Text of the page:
It’s It Live or Is It Memorex?: Our Review of ‘The Secret Sessions: The Movie Experience

Posted in Blog, Movies, Retrospective, Theatrical by - November 16, 2016
It’s It Live or Is It Memorex?: Our Review of ‘The Secret Sessions: The Movie Experience

People can entertain themselves today at a click of a button. Yet some in the entertainment industry hopes that its audience leaves their houses sometimes. The film industry to some cynics is just a concession stand that has rooms that show films. Companies in that industry have bearable prices that nonetheless glacially inflate, and they justify that in many ways. When we get you in the theatre there’s an arcade a trivia game before the movie starts. VIP theatres get their audience serves so they don’t have to line up for food. Et. cetera.

For a little bit more than your VIP prices, The Secret Sessions LTD elevates that movie experience. The company also plans to try out entertainment experiences beyond movies like fitness, etc. But right now, they’re focusing on movies a la Secret Cinema. The immersive nature comes in a week or so before we even get to the space showing the film. A prospective audience member sends an RSVP, then they e-mail back specific instruction separately. The first instruction is to dress up as a 1970’s newscaster and to stay classy.

Yes, they’re showing Anchorman: The Legend of Ron Burgundy. Eventually I got to the place where they’re screening the film. The people at Secret Sessions dedicated the first hour of the event to feeding the guests. They had a snack bar, a burrito bar, and a cash bar. The patrons find themselves surrounded by replicas of the iconic props featured in the film. Set pieces don’t just take up one side of the room but two. All of this is important in immersing the patrons as The Secret Sessions promise.

What really sells this experience are the actors, who basically function as a shadow cast but with a twist. During the drink and dine section of the evening the actors occasionally come out and socialize with us. Sometimes they talk to the people they already know and at others they’ll mingle with the other patrons. They’re good at improvising and staying on character. And I know that that’s the bare minimum that actors need to do their jobs. But I marvel at it anyway. Before the hour mark, they let the patrons participate in the iconic fight scene.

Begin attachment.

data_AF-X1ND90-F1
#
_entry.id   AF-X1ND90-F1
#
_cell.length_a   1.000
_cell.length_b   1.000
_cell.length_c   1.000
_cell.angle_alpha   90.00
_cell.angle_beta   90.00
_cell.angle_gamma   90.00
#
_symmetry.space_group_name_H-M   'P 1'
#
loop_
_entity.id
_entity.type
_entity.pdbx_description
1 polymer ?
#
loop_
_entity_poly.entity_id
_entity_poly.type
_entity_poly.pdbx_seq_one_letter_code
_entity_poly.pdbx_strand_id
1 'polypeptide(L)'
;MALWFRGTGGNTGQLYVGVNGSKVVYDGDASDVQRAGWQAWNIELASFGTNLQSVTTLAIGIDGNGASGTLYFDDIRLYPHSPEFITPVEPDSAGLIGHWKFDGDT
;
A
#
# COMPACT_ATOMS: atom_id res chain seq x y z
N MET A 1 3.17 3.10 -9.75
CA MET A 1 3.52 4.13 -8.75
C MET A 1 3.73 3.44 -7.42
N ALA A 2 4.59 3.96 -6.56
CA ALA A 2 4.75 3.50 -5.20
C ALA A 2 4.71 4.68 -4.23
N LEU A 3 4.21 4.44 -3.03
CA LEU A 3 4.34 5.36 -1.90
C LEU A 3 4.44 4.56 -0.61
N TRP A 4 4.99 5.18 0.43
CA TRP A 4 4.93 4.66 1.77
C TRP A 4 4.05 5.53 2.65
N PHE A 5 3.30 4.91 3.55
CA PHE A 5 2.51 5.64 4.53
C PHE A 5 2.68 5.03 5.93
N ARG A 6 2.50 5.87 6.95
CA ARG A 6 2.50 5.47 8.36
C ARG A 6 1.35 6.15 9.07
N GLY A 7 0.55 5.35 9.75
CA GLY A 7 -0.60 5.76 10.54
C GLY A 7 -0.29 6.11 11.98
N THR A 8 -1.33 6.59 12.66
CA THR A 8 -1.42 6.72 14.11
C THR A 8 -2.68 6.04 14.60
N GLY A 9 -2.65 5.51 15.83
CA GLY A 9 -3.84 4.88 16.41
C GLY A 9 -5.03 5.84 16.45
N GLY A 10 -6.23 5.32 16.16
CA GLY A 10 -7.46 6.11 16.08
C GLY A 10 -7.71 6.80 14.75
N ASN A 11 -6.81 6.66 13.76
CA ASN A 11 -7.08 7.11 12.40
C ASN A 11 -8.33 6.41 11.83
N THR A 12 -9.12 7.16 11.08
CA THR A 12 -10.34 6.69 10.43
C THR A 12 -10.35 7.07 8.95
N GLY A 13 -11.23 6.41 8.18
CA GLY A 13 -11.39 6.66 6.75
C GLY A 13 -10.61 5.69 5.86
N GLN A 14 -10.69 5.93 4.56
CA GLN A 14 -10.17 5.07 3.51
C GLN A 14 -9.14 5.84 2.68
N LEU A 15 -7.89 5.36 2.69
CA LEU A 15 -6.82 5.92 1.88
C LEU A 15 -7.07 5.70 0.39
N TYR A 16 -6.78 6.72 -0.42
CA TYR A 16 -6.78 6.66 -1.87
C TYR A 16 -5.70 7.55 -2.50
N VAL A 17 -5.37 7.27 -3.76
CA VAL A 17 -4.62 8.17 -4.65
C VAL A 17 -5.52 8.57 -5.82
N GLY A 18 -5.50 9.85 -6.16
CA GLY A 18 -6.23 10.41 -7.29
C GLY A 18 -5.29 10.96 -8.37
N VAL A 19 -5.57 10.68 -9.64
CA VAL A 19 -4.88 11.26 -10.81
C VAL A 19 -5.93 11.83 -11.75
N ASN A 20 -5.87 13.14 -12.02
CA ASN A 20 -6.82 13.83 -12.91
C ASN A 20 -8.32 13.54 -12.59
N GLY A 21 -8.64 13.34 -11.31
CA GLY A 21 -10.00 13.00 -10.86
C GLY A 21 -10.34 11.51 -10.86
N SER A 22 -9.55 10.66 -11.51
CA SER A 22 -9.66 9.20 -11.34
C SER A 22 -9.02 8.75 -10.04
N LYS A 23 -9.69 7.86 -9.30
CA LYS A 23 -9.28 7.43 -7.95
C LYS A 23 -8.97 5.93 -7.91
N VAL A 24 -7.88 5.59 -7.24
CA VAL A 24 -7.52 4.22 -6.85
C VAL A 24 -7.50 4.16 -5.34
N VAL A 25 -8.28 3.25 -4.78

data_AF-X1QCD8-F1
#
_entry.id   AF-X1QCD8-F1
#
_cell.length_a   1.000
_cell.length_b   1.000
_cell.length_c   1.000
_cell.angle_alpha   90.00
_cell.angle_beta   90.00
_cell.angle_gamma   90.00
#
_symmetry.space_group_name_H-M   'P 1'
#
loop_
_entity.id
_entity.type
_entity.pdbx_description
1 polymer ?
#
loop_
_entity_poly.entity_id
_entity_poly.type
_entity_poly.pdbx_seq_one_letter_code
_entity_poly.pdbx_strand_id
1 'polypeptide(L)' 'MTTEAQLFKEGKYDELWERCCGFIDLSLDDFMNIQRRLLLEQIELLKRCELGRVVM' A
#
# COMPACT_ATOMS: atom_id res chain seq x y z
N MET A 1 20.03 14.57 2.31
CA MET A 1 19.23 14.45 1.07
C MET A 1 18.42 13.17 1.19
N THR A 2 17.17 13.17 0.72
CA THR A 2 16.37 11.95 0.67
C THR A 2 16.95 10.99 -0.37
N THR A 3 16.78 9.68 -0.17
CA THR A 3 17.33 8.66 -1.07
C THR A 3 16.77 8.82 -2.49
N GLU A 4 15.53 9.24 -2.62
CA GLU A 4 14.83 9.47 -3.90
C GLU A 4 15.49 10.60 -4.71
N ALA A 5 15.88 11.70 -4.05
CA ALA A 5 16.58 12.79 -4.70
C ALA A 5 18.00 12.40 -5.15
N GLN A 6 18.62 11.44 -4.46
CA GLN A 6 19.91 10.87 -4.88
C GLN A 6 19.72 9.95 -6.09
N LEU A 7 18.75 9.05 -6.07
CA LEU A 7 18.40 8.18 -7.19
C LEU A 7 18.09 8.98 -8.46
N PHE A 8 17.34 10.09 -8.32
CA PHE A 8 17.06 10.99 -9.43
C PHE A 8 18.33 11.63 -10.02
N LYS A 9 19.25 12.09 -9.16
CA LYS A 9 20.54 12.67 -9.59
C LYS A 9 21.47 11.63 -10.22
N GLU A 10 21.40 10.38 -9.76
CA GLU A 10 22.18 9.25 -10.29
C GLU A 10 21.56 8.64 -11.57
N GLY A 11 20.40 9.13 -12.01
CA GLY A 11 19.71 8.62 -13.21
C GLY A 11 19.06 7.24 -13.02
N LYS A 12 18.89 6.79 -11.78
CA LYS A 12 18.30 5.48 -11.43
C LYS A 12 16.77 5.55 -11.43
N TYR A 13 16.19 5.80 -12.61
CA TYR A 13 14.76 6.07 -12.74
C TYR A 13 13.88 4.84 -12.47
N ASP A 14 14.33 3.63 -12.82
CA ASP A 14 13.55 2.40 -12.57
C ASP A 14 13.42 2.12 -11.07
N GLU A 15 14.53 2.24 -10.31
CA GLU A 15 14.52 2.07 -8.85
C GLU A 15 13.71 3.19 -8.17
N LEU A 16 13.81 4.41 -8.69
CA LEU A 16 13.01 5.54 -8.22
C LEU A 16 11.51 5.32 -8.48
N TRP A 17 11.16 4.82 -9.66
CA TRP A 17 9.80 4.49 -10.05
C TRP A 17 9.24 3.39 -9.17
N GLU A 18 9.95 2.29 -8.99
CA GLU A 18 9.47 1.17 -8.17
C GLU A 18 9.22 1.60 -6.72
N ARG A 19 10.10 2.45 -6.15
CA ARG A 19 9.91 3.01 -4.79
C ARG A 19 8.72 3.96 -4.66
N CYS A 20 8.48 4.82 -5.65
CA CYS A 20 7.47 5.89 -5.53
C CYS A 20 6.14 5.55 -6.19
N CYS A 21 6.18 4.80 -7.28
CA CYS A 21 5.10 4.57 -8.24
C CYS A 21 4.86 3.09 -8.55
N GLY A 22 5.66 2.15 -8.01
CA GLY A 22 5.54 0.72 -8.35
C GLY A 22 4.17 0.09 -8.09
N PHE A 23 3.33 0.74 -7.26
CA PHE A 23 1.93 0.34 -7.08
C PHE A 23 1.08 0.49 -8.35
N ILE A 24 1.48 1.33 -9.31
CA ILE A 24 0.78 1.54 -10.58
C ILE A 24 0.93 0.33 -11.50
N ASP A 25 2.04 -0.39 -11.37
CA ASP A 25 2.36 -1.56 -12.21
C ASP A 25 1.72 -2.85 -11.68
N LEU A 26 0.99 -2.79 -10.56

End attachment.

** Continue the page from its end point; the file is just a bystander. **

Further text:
They also reenact certain scenes of the film in the set pieces and in the centre of the room. I really like this format because it allows the patrons to move around as freely as the actors. The actors playing Ron and Veronica made a Trump joke or two. The performance happened the day after the US election, the results still in people’s minds. We all tried to immerse ourselves to more innocent times but the present day is still the present day. Besides, the film is about a highly competent woman trying to break into the world of incompetent men. But humor the kind of thing we need right now, and the movie and the shadow cast more than delivered.

This post was written by
While Paolo Kagaoan is not taking long walks in shrubbed areas, he occasionally watch movies and write about them. His credentials are as follows: he has a double major in English and Art History. This means that, for example, he will gush at the art direction in the Amityville house and will want to live there, which is a terrible idea because that house has ghosts. Follow him @paolokagaoan on Instagram but not while you're working.